We had done some prior planning and had our list of what we wanted to see. Incidentally if you are into temples then there are some renowned ones in the town itself. In fact you could spend two days looking at these alone. Temples however were not on our list and soon after disembarking we were on a baht bus on our way out of town to visit Tha Rae village north of Sakon Nakhon and on the north shore of Nong Harn lake. In the late 19th century this was the largest Roman catholic community in Thailand and the presence visible with a number of churches and schools in the area.
The main attraction here are the old French colonial buildings which were built by French priests who had moved over from Vietnam in 1884. Some are a little worse for wear now unfortunately. It was a quiet village built along European grid patterns. We were the only sightseers.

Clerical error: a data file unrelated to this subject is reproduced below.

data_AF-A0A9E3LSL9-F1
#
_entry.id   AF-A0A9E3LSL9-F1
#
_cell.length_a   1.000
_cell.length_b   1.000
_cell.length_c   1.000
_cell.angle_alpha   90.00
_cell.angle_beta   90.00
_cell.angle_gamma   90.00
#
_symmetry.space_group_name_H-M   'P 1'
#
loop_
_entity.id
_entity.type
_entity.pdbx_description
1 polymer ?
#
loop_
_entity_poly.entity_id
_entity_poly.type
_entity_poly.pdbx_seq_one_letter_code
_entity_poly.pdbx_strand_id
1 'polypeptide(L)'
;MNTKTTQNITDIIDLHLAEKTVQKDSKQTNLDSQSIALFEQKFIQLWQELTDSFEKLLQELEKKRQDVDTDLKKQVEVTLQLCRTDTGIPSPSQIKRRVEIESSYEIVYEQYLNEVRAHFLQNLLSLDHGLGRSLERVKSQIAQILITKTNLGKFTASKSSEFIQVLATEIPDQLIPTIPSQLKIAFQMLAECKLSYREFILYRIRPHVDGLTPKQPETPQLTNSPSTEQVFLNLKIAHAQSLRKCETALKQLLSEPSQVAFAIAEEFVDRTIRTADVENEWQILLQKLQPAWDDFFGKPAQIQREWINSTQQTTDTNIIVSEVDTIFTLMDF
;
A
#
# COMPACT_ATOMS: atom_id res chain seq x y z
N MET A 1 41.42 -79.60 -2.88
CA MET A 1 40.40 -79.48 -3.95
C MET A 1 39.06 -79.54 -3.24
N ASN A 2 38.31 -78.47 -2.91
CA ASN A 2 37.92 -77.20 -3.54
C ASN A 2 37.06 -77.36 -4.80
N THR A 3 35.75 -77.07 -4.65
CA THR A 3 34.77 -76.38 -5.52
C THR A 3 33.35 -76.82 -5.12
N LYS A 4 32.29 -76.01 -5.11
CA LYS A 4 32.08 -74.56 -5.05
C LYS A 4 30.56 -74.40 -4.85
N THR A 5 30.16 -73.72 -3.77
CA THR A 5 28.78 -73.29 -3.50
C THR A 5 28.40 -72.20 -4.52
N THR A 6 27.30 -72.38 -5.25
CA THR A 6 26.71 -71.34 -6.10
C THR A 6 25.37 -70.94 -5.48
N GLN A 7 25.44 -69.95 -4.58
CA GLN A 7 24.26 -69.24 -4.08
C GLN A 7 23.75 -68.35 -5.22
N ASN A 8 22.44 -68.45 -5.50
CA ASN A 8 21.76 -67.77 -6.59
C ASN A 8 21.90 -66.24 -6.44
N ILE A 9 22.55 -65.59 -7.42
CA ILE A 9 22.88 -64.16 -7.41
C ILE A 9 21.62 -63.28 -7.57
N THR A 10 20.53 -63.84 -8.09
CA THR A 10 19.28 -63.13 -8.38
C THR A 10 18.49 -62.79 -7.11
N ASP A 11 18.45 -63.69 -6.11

The next morning we went to Phu Pan National Park to the southwest of the city. About an hours drive. Quite an extensive forested area and we pretty much had the place to ourselves apart from a troop of local scouts. They don’t get many foreign visitors I expect because when we were at the Park HQ I was asked if I could have my photo taken with a guide pointing out the attractions on a scale model of the park. My 15 seconds of fame I suspect. Any way it was very pleasant to walk along the cool shady trails. Not a great photo but it is taken from a cliff top and shows the forest stretching out as far as the eye can see.
There is still an on going battle with illegal loggers and here are logs which have been seized and kept as court evidence.
At the end we waited at the park entrance for the bus that would not come…
We were kindly offered a lift into town by one of the park employees. The people we met were kind and helpful in their unhurried up-country ways. We left Sakon Nakhon with a good impression and fond memories.